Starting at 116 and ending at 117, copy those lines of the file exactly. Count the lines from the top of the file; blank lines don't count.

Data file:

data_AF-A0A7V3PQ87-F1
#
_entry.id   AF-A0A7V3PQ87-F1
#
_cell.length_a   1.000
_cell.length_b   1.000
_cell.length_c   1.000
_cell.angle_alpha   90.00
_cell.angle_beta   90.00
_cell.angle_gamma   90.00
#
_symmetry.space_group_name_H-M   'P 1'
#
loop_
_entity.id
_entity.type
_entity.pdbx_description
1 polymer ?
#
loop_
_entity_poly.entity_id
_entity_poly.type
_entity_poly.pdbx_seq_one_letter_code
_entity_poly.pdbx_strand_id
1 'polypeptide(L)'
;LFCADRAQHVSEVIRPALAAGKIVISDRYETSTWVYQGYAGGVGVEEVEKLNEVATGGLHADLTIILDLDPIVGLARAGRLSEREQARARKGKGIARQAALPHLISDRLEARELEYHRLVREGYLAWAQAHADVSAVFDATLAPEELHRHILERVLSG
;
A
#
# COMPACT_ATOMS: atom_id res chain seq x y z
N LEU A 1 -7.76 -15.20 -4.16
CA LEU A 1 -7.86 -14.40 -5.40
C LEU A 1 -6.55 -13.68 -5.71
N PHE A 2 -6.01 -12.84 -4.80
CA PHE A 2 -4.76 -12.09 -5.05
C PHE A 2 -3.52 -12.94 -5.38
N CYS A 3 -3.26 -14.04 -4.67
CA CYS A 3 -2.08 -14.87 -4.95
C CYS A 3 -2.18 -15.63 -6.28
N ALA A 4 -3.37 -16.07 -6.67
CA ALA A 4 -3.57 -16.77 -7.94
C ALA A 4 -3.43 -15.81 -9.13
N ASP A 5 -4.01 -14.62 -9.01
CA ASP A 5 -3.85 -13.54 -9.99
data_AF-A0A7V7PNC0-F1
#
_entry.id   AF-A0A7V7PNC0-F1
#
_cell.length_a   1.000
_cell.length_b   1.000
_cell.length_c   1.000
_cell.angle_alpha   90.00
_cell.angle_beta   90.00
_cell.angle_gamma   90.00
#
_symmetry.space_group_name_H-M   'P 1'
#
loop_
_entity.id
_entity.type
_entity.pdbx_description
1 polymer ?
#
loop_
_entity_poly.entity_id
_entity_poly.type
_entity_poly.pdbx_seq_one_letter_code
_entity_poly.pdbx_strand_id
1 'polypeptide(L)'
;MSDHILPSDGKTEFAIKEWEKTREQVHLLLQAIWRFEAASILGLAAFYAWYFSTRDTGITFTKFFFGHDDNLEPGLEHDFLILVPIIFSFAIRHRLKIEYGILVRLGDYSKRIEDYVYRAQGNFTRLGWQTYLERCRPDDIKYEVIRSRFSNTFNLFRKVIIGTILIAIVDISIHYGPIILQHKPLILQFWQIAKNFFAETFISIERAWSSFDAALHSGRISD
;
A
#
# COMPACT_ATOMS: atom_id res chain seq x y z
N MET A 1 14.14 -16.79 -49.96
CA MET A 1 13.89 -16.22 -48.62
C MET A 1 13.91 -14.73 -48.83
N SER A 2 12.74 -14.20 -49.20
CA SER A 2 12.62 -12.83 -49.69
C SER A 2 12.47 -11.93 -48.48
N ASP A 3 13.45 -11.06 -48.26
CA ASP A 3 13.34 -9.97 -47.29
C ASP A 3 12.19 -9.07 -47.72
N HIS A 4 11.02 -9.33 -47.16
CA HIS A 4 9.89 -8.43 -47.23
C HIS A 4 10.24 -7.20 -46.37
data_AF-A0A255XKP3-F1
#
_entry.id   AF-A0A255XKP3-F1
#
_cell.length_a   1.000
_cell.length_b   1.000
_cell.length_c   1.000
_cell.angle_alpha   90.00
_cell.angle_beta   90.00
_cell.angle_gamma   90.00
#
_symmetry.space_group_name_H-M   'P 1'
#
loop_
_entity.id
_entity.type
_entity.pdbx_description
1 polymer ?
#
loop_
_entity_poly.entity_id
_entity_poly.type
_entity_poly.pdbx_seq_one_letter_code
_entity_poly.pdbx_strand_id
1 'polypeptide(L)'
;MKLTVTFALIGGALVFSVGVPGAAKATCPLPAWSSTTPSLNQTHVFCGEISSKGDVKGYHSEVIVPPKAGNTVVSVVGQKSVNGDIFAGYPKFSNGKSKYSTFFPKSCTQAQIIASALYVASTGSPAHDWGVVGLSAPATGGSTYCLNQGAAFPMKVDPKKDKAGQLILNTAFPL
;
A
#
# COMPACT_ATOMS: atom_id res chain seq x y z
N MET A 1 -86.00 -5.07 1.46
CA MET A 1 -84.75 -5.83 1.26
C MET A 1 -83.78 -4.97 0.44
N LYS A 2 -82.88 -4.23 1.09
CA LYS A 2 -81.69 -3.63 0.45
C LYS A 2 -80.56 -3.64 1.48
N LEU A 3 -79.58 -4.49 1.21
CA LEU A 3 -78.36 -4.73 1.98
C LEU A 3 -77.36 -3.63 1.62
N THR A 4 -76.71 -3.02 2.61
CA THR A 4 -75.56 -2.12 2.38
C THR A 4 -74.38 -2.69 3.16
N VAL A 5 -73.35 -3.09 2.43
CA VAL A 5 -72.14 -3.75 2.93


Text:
# COMPACT_ATOMS: atom_id res chain seq x y z
N MET A 1 -86.00 -5.07 1.46